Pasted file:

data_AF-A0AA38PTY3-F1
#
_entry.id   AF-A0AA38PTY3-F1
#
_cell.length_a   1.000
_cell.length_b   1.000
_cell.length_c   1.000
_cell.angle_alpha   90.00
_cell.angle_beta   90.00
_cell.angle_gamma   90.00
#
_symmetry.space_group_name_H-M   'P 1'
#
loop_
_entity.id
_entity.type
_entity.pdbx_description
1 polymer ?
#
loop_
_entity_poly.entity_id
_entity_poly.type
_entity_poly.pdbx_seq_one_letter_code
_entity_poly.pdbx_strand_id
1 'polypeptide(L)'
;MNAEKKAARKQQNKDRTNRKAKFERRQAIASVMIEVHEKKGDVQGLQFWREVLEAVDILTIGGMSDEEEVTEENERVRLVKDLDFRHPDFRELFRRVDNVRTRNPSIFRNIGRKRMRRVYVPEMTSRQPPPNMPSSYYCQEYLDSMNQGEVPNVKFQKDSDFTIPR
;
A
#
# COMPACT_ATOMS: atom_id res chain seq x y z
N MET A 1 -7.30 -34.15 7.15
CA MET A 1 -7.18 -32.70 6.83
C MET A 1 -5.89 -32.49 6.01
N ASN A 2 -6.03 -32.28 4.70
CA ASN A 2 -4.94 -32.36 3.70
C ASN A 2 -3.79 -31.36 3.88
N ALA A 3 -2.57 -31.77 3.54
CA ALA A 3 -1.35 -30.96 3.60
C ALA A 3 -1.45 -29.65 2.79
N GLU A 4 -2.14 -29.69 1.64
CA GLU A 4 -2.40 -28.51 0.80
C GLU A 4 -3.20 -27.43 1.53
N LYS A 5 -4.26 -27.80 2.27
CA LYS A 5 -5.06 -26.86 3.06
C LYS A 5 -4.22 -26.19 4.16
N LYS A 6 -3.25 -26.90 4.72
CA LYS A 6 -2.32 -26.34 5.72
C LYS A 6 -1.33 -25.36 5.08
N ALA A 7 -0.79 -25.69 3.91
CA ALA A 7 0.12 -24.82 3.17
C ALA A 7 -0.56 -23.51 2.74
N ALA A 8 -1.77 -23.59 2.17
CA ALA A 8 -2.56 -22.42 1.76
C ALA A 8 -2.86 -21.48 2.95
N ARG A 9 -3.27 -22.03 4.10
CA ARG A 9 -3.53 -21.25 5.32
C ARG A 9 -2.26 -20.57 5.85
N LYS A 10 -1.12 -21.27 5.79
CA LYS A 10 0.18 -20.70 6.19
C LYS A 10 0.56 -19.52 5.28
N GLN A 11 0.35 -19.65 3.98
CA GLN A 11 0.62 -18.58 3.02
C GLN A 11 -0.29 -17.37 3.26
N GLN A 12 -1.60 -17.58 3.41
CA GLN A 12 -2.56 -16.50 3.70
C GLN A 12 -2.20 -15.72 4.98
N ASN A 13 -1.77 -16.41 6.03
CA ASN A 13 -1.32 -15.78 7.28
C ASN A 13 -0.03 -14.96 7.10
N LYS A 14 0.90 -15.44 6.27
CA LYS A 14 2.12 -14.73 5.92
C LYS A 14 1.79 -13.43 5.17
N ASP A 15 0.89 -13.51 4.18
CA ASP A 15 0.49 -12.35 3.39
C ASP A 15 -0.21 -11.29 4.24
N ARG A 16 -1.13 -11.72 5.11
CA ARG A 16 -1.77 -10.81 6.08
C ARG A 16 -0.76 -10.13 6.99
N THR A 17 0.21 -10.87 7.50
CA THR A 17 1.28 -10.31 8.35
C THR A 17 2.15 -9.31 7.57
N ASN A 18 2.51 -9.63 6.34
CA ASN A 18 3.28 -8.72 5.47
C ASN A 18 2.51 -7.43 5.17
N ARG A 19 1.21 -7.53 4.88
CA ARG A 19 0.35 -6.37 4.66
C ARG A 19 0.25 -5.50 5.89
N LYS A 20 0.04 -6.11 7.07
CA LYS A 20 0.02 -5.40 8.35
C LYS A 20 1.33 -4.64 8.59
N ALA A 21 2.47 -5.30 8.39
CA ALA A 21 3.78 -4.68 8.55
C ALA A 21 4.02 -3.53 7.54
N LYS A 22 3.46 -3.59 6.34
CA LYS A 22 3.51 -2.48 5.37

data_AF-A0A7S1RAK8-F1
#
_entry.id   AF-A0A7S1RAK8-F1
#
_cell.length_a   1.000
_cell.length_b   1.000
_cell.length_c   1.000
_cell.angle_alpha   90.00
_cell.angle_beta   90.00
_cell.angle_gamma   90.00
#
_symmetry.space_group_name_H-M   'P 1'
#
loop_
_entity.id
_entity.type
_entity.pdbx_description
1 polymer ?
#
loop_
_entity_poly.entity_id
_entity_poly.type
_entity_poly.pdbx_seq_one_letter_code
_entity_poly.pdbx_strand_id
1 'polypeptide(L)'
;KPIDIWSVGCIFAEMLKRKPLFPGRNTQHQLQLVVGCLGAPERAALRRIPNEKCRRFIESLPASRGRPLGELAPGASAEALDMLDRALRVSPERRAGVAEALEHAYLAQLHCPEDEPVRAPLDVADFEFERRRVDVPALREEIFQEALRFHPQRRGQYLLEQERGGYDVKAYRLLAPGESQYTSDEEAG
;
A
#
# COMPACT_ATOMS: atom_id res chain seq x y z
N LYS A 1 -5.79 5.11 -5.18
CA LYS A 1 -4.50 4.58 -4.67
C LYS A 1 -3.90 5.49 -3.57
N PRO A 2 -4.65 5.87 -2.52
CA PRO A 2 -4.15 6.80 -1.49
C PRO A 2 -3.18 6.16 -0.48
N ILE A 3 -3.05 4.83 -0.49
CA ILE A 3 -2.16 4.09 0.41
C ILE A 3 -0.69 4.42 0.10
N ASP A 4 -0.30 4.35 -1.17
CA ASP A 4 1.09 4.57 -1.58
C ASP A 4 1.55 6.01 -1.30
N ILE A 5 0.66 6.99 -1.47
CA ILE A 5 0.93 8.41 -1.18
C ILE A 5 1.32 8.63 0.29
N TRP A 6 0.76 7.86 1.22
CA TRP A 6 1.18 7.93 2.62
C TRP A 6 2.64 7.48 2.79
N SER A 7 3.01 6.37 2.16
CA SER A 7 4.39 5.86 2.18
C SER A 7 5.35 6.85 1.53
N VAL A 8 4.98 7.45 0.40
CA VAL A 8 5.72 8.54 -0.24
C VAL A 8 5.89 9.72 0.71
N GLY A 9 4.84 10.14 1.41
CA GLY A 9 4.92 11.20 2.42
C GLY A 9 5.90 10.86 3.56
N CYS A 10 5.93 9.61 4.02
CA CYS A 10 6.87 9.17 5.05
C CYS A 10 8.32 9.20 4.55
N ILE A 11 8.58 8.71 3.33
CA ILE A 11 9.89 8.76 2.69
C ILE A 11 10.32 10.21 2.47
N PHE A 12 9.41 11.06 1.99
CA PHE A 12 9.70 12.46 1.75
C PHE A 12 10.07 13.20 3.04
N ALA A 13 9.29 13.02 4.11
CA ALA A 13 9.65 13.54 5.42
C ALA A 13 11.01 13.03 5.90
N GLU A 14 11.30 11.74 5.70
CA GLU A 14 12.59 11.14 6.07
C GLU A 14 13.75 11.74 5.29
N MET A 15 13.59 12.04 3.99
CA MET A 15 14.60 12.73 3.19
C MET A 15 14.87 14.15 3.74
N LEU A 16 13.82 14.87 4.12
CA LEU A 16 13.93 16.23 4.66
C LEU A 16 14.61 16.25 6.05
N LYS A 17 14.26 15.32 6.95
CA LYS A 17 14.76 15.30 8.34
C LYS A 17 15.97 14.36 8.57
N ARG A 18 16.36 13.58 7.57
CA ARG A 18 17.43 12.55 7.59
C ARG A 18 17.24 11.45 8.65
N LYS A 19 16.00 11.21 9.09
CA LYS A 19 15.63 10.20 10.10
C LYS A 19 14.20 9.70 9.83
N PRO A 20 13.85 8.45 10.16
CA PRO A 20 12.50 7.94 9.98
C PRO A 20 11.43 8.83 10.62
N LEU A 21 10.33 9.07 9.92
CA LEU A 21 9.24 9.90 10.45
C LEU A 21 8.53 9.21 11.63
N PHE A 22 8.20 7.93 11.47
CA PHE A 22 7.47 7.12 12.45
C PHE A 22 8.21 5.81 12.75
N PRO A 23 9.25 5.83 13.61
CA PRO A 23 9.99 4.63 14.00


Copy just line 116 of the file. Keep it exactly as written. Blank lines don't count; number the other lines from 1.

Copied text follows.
_entity_poly.entity_id